Training for LIFE

Tips, Tricks and Links for Post Secondary Transition

A Day in the LIFE Skills Lab

The LIFE Skills Lab is a simulated work experience destination for transition age youth in Champaign County. Designed and coordinated from an occupational therapy view point, the activities of the day are directed by the classes' intervention specialist with OT support. During their time in the lab, students obtain career exploration, daily living and soft work skills using independent and group structured tasks.


Prior to their day in the lab, the intervention specialists are provided with a spreadsheet of available tasks and activities for the day that they can choose from. They can use the day any way that they would like using these tasks/activities or doing something that they design. We will talk more about planning and some of the behind the scene work in a future newsletter.


A "typical" day in the lab is below:

Arrival/Breakfast:

The students are transported to the lab by their home districts. As they arrive they place their personal items into lockers, marking their name on the locker markers. They continue down the hall to the kitchen area where breakfast is provided for them. The staff picks up breakfast and lunches from their home school the afternoon before and bring them to the lab for the students. The students do not need to wait for everyone to be finished with breakfast before moving on and starting their day.

Sign In:

As students enter the lab they must sign in and get their paperwork for the day. Paperwork consists of an agenda (either paper, picture or electronic depending on student needs). The tasks listed have been selected for each student by their intervention specialist. Students also pick up a task sheet that will document the first task that they do for the day.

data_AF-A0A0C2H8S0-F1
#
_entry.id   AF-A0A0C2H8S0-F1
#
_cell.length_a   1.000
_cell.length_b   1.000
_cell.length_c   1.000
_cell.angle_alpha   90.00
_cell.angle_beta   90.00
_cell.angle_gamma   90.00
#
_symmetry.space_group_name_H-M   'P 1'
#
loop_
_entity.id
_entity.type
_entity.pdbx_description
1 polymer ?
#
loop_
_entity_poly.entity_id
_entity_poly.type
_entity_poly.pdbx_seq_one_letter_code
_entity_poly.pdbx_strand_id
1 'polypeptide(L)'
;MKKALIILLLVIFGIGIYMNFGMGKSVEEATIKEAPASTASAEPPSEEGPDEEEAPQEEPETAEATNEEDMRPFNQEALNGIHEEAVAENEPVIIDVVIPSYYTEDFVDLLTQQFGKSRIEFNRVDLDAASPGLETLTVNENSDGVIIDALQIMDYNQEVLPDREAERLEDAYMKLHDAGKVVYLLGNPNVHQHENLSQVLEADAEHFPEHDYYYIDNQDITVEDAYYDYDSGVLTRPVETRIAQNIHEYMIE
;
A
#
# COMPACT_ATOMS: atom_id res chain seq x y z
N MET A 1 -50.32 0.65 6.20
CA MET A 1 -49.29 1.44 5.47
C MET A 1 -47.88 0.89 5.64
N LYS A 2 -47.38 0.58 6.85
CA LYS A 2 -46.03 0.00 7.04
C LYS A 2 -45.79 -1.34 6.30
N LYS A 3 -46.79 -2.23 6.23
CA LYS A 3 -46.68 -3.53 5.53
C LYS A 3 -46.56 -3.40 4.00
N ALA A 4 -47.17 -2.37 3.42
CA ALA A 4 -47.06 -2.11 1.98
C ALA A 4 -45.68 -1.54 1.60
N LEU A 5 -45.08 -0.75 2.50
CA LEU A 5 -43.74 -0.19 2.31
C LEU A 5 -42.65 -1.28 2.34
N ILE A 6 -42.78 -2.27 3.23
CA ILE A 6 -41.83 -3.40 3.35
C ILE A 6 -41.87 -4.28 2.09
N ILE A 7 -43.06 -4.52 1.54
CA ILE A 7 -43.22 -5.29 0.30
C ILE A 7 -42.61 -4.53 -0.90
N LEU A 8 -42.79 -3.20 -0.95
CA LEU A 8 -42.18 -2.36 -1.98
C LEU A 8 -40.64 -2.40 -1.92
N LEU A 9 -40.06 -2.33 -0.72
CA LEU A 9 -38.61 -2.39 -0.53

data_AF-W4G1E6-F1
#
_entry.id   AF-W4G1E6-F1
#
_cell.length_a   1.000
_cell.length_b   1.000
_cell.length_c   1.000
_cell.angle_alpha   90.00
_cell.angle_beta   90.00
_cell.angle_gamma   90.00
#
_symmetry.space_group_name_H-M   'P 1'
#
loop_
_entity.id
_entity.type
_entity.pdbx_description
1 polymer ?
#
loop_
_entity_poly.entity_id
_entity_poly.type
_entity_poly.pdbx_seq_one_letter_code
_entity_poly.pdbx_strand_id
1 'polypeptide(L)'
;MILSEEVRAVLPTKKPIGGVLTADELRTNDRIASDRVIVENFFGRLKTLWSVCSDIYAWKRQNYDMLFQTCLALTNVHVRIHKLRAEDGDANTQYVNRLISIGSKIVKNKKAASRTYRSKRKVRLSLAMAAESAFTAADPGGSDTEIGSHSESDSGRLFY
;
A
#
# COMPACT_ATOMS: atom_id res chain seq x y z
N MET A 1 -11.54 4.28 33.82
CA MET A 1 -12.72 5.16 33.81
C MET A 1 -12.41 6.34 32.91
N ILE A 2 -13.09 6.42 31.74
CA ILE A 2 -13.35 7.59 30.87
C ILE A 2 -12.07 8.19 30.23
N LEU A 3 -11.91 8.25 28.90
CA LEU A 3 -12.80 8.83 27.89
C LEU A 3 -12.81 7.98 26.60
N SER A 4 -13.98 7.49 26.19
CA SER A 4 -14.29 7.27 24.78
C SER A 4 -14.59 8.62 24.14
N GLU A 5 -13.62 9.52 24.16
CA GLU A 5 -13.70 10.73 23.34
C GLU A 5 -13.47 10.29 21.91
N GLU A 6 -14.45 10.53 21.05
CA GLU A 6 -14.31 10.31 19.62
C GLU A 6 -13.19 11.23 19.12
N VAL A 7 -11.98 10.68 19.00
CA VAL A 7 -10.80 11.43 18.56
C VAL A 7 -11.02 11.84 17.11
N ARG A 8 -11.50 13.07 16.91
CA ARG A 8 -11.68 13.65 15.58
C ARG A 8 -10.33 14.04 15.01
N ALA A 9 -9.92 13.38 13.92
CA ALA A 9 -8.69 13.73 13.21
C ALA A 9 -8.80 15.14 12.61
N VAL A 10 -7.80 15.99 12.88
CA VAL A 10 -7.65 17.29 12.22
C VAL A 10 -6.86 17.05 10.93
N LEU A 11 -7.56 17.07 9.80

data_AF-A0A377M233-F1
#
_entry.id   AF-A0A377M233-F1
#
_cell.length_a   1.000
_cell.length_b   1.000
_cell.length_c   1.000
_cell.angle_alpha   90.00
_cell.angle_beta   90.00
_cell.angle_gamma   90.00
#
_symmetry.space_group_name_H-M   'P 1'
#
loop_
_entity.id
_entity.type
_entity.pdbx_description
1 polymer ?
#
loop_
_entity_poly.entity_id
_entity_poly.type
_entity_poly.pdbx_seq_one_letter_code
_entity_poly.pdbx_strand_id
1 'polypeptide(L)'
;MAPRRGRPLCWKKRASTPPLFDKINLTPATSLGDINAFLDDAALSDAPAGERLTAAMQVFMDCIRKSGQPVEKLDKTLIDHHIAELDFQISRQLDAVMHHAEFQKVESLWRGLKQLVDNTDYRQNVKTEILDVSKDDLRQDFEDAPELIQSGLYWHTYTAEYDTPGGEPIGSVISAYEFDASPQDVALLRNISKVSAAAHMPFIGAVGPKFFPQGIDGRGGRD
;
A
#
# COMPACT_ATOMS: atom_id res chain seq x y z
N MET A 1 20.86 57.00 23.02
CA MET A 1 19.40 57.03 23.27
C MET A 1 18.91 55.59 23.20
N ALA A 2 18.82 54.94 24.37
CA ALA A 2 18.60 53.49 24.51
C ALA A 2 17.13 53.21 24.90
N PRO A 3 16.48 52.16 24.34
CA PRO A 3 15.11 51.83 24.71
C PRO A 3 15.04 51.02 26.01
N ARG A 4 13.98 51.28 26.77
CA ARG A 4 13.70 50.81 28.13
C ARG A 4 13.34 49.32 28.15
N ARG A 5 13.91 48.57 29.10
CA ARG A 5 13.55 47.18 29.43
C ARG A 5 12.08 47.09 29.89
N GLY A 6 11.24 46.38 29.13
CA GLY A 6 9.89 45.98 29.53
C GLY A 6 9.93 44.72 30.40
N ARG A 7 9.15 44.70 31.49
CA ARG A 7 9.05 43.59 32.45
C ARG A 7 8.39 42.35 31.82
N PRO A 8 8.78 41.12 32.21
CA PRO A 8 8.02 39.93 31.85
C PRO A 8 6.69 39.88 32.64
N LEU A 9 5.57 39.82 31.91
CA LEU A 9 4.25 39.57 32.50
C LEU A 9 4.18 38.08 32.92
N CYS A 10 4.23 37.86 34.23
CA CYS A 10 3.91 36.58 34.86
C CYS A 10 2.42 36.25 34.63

Morning Individual Work:

Students spend the morning working on individual structured work tasks that are listed on their agenda. Unless specified otherwise, students can do the tasks in any order. This offers some freedom of choice as well as allows for students to move on and keep working if the next task on their list is being used by someone else.


Each task on their agenda is followed by the location of the task within the room. All the cabinets, drawers and boxes are numbered...C# for cabinet, D# for drawers, S# for sink drawers. This allows students with minimal reading skills to find the tasks the need on their own. All of the materials needed for that task are located either in the box or displayed at the location.


Once the student retrieves the task, they must fill out a task sheet. One task sheet for each task they compete. This is one of the ways we collect data on the tasks the student completes. They fill out the information up to End Time. Then they start the task. When they are finished they place the finished materials (they do NOT take them apart) into the box or area they got them from and enter the end time and rate how they felt about the task.

The task sheet is placed in a box at the sign in table and they pick up a new task sheet and repeat the process.


The staff then uses the task sheets to know what tasks need to be graded and reset. The data is entered on the bottom of the task sheets. These are collected and scanned at the end of the day and shared in a google drive with the intervention specialist for data collection and planning.

Lunch:

Before the class can sit down around the big table for lunch, chores have to be done. These are typically assigned ahead of time by the intervention specialist and posted for the students to refer to independently. We use real silverware, placemats and cloth napkins for lunch to help the students learn how to set the table and how to use these items. Occasionally if the students have done a silk flower task or a napkin folding activity in the morning, we will use these items on the table for the meal. The students either bring their own lunch or the staff brings a bagged lunch for them from their school's cafeteria. Frequently one of the morning activities will be preparing food to share with the group.

After lunch brings another set of chore responsibilities for the students. These usually get done pretty quickly and accurately because they can't go to movement time until they are done.

Movement time: